A federal judge has cleared the way for Facebook parent Meta to buy Within Unlimited, a virtual reality (VR) start-up, which is the maker of the popular fitness app Supernatural. Federal antitrust regulators sought to block the acquisition on the grounds that it would hurt competition in the emerging VR market. However, U.S. District Judge Edward Davila denied the request for a preliminary injunction against the deal made by the Federal Trade Commission (FTC).
The FTC had argued that Meta's acquisition of the small company would violate antitrust laws and dampen innovation, leading to higher prices and fewer options for consumers outside of Meta-controlled platforms. The agency compared the deal to Facebook's earlier purchases of Instagram and WhatsApp.
The FTC had further argued that Meta scrapped its own plans to enter the VR fitness market when it decided to buy Within, and that the absence of the competitive threat of Meta's entry into the market would result in a stall in innovation, thus hurting end-users.
However, Meta executives, including CEO Mark Zuckerberg, sought to downplay the notion that the company was anywhere close to creating its own VR fitness app. The CEO testified that even though Meta was considering developing its own app, the business environment has changed and it is unlikely that it would start such a project today.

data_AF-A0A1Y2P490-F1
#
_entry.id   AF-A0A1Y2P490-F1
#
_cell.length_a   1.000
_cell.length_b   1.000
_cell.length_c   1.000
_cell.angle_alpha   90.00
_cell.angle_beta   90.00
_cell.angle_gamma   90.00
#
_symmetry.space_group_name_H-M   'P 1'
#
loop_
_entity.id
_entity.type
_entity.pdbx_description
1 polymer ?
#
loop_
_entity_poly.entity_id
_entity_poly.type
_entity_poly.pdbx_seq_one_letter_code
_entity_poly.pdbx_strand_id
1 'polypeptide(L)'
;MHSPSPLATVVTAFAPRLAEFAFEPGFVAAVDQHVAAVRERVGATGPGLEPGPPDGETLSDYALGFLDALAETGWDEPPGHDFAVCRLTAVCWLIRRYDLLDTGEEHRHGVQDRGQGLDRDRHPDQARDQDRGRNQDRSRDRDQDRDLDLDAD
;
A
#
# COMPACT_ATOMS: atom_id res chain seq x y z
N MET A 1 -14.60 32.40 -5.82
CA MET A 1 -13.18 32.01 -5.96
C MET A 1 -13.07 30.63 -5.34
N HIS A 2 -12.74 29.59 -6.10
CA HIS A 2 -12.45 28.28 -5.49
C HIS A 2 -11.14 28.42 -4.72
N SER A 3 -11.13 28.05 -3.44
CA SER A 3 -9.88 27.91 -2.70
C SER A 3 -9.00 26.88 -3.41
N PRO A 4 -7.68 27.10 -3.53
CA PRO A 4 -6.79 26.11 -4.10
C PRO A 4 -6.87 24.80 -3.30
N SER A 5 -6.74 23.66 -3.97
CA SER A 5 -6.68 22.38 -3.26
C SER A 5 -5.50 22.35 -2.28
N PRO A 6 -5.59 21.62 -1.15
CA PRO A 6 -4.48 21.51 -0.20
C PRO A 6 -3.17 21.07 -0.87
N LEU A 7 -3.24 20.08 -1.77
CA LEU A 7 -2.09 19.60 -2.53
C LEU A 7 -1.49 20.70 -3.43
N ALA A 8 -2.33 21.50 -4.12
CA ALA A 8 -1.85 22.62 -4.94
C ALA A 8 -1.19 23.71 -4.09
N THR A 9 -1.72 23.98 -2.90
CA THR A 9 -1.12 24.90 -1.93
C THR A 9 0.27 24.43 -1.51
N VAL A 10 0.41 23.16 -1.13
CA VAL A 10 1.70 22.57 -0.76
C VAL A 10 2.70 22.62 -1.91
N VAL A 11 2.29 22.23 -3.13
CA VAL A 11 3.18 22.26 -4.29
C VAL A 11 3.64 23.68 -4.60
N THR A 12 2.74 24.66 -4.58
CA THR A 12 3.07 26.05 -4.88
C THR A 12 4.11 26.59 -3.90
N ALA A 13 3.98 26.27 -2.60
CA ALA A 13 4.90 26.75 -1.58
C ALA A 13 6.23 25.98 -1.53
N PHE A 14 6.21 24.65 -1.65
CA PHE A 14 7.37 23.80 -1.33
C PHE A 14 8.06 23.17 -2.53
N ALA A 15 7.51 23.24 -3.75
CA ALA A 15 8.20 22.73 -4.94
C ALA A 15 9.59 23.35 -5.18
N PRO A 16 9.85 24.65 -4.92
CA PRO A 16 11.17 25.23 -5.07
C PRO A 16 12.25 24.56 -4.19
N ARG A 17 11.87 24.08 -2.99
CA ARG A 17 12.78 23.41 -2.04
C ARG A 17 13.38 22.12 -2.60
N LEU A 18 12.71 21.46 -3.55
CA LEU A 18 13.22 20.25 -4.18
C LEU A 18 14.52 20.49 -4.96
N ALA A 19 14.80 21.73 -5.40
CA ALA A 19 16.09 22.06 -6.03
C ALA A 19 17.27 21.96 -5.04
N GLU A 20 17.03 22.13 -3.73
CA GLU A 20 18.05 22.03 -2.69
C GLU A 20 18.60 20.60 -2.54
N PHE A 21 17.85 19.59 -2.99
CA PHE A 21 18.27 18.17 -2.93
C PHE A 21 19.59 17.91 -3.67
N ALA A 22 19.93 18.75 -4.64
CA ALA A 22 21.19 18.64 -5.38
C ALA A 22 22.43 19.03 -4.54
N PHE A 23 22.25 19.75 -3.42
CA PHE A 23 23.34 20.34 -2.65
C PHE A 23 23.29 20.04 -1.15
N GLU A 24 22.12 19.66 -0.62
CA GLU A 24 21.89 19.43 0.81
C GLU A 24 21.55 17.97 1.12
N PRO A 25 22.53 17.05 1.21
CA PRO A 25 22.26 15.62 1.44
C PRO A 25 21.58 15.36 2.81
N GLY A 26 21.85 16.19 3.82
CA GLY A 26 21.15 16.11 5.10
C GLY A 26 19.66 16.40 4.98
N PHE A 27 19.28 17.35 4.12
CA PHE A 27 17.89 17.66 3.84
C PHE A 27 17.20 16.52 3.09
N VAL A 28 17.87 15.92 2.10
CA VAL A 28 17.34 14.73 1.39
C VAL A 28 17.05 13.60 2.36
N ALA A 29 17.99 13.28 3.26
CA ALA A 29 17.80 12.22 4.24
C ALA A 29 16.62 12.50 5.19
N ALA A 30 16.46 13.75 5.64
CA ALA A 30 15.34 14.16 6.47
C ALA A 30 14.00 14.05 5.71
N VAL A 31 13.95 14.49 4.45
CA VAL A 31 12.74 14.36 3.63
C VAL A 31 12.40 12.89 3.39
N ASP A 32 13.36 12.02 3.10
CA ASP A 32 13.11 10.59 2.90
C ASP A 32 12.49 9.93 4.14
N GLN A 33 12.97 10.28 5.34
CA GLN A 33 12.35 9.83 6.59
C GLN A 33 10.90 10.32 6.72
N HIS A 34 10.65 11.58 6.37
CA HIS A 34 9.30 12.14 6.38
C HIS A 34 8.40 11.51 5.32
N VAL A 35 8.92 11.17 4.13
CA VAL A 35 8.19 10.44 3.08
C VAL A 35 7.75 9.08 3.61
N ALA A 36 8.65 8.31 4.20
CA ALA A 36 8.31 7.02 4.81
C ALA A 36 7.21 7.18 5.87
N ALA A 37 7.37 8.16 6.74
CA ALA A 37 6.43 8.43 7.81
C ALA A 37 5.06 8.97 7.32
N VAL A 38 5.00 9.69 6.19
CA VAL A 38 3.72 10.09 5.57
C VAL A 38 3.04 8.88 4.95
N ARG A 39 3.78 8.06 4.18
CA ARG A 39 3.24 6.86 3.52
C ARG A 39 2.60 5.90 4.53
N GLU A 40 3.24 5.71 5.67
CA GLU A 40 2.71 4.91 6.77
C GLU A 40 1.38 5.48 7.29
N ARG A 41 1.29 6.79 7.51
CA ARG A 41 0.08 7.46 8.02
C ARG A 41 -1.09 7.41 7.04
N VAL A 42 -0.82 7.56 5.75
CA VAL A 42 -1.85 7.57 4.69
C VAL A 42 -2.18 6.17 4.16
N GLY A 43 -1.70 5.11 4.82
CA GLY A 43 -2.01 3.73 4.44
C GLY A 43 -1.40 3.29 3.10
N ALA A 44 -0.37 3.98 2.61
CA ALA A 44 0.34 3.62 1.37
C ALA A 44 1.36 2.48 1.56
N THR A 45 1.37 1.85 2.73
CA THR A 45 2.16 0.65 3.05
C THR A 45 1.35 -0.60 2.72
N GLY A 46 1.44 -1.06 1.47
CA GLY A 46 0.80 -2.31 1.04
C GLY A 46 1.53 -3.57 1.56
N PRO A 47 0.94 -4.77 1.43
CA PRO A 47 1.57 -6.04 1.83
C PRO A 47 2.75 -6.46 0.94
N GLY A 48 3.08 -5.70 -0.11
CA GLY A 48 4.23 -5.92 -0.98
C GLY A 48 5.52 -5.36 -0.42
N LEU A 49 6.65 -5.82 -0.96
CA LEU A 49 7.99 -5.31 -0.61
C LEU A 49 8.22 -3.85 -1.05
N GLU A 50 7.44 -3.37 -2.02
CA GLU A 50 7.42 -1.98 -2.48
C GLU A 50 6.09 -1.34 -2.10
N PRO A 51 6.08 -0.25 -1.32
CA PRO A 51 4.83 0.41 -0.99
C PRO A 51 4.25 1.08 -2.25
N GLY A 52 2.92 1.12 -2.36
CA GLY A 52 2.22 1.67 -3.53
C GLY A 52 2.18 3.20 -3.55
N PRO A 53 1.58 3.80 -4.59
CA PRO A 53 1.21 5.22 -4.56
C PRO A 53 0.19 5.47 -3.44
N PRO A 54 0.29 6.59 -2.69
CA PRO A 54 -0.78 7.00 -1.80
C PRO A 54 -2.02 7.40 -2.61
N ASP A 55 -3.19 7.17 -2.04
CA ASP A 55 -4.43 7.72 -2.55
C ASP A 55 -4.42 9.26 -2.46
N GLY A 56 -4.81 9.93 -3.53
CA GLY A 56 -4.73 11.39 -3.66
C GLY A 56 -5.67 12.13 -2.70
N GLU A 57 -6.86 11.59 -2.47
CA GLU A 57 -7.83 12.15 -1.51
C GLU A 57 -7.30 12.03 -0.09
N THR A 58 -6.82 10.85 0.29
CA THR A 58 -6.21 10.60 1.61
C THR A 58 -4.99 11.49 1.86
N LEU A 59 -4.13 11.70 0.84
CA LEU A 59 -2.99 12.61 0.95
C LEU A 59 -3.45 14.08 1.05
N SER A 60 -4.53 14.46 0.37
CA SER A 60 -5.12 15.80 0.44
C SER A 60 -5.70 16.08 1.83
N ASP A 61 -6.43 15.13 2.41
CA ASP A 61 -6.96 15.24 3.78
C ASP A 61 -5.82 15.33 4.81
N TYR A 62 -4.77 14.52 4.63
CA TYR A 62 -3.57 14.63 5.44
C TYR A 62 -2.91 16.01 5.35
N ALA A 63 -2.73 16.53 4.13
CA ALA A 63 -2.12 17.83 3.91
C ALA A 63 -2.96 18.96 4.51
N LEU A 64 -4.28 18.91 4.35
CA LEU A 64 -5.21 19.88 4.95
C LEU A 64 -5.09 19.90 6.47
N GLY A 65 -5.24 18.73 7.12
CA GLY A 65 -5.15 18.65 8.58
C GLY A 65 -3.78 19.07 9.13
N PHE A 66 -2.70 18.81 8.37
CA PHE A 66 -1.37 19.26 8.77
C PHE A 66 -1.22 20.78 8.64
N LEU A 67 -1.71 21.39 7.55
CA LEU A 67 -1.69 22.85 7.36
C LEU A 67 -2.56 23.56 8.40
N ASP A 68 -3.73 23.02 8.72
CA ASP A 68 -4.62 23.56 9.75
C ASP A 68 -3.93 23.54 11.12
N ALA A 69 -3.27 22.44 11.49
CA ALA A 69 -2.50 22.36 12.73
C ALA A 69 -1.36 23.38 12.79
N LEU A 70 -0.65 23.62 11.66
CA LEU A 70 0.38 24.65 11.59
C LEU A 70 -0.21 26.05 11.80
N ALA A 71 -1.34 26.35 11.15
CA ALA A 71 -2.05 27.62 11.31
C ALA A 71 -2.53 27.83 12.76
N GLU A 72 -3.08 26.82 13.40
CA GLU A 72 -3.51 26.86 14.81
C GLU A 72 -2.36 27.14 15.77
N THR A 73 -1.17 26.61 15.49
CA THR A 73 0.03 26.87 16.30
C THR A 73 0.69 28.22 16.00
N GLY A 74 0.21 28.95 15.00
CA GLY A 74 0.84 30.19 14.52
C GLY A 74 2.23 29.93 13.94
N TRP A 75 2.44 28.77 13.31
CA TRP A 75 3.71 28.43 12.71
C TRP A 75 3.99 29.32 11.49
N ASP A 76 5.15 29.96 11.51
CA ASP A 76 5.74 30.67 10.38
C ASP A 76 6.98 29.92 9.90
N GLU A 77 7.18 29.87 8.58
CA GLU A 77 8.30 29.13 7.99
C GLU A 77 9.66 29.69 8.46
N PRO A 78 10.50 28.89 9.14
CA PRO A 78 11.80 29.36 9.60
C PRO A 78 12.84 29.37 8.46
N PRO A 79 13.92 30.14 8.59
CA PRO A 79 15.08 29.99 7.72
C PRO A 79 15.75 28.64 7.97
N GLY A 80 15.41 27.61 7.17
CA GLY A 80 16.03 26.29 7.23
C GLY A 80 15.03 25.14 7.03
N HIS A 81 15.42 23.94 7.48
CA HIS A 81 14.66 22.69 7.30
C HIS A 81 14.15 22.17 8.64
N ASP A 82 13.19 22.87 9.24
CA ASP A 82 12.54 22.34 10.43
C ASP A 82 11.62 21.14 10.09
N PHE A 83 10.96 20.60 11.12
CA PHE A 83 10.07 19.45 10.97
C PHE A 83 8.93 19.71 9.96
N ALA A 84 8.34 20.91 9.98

Judge Davila’s ruling, however, says the FTC needed to provide “at least circumstantial evidence” that Meta’s entry into the VR fitness market by itself, not via the acquisition, would have directly and favorably affected consumers by encouraging robust competition.
“Under this standard, the FTC’s evidence on this element is insufficient,” Davila wrote.
In 2014, Meta made a move into virtual reality with its acquisition of headset maker Oculus VR, and since then, Meta's VR headsets have become the cornerstone of its growth in the virtual reality space. Fueled by the popularity of Meta’s top-selling Oculus Quest headsets, the Quest Store has become a leading U.S. app platform with over 500 apps available for download.
Meta said in a statement after the ruling was unsealed that it is "pleased" with the decision and that the deal would bring "pro-competitive benefits to the ecosystem and spur innovation that will benefit people, developers, and the VR space more broadly." The company added that it is looking forward to closing the transaction soon.
Meta has not disclosed what it is paying for Within, but tech publication The Information put the price at about $400 million.